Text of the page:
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    Update: Congratulations to the winner of the national contest, @tistheseasontv of Akron, Ohio! See the winning photo, chosen by the participating museums, below.Instagrammers in five cities this week participated in the #InsideOutUSA photo contest, taking creative photos highlighting the national program that brings high-quality replicas of the art in museum’s collections into neighborhoods.Today, the six participating museums in the Knight-funded program – the Akron Museum of Art, the Detroit Institute of Arts, Philadelphia Museum of Art, Pérez Art Museum Miami, Bechtler Museum of Modern Art and the Harvey B. Gantt Center for African-American Arts + Culture – announced the winners.Together, they took pensive portraits, mixed tai-chi with their art, and used the natural foliage to enhance iconic works in museums’ collections.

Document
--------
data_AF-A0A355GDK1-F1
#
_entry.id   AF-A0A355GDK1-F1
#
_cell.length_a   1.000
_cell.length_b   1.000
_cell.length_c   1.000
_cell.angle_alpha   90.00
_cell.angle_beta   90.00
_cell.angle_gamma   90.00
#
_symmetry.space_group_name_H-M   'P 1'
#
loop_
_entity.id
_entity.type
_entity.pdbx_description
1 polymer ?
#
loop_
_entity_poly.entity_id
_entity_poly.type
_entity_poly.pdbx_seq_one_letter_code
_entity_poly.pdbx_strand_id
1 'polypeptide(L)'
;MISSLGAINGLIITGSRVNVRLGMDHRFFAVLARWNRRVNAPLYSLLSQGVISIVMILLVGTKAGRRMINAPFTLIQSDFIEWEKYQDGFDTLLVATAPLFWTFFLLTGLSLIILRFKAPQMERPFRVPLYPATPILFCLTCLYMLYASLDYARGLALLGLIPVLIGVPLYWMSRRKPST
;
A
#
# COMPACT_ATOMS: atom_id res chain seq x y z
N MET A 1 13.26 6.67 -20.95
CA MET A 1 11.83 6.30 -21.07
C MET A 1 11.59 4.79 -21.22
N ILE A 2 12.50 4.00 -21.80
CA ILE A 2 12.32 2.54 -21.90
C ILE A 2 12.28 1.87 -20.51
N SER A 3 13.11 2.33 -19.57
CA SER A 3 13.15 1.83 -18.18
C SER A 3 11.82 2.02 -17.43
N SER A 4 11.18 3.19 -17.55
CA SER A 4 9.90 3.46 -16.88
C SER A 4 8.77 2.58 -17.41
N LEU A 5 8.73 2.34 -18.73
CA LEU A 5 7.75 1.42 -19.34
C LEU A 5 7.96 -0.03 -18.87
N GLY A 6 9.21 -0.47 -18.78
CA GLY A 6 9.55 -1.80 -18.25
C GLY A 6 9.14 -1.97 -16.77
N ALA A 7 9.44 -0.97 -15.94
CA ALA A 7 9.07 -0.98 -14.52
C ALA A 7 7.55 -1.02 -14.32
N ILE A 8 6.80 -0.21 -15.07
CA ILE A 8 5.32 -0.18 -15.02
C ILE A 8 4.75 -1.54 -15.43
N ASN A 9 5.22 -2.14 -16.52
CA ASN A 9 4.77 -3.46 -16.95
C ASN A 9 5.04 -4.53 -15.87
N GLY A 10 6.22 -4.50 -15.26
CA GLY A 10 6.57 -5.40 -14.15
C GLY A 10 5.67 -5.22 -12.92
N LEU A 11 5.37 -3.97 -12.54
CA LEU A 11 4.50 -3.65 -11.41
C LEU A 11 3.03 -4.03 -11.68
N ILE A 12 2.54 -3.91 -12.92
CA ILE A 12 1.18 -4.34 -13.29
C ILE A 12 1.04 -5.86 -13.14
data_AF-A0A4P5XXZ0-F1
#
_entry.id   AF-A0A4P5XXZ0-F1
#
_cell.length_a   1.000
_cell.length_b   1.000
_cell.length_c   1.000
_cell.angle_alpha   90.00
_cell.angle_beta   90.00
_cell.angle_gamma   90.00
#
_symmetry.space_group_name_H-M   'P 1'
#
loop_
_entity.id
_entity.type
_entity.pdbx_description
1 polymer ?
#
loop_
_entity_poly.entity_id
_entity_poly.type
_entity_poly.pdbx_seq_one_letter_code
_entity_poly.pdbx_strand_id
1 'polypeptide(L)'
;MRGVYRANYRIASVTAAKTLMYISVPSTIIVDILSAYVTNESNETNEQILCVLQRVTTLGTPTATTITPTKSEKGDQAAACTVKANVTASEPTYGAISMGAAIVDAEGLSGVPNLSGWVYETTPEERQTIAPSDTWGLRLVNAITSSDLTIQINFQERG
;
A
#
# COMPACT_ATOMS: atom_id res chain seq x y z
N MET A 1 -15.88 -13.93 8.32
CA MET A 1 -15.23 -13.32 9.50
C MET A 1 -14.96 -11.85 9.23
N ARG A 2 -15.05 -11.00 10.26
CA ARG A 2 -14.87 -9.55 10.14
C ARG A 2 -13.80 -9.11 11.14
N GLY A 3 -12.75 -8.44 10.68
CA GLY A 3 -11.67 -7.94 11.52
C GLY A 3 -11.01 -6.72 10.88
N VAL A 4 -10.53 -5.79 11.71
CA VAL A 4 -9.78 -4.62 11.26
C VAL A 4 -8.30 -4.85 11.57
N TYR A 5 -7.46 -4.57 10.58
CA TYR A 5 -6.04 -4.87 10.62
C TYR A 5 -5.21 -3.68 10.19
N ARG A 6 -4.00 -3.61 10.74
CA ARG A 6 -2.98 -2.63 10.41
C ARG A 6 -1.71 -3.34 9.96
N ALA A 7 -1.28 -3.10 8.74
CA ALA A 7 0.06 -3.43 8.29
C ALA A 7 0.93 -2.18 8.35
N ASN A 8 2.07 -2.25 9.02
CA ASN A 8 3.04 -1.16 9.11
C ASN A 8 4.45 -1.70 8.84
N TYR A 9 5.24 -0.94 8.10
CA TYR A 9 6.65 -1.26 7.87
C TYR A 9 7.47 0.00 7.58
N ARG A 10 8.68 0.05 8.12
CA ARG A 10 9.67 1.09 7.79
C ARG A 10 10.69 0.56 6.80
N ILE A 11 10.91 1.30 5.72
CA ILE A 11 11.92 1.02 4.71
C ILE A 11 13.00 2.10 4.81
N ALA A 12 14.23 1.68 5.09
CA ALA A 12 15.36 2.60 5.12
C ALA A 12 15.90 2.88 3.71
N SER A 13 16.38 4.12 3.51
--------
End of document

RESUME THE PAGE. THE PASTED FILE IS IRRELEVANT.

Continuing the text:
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    At times playful, silly and serious, Instagrammers in four cities this month interpreted art in their own way with the #InsideOutUSA photo contest, highlighting the national InsideOut program that takes high-quality replicas of art in museums’ collections and brings them to neighborhoods. The photographers juxtaposed modern cityscapes with classic art, and brought in skateboarders, toddlers and street vendors to create their own works. Thursday, the participating museums in the Knight-funded program – the Akron Art Museum, Detroit Institute of Arts, Philadelphia Museum of Art and Pérez Art Museum Miami – announced the winners.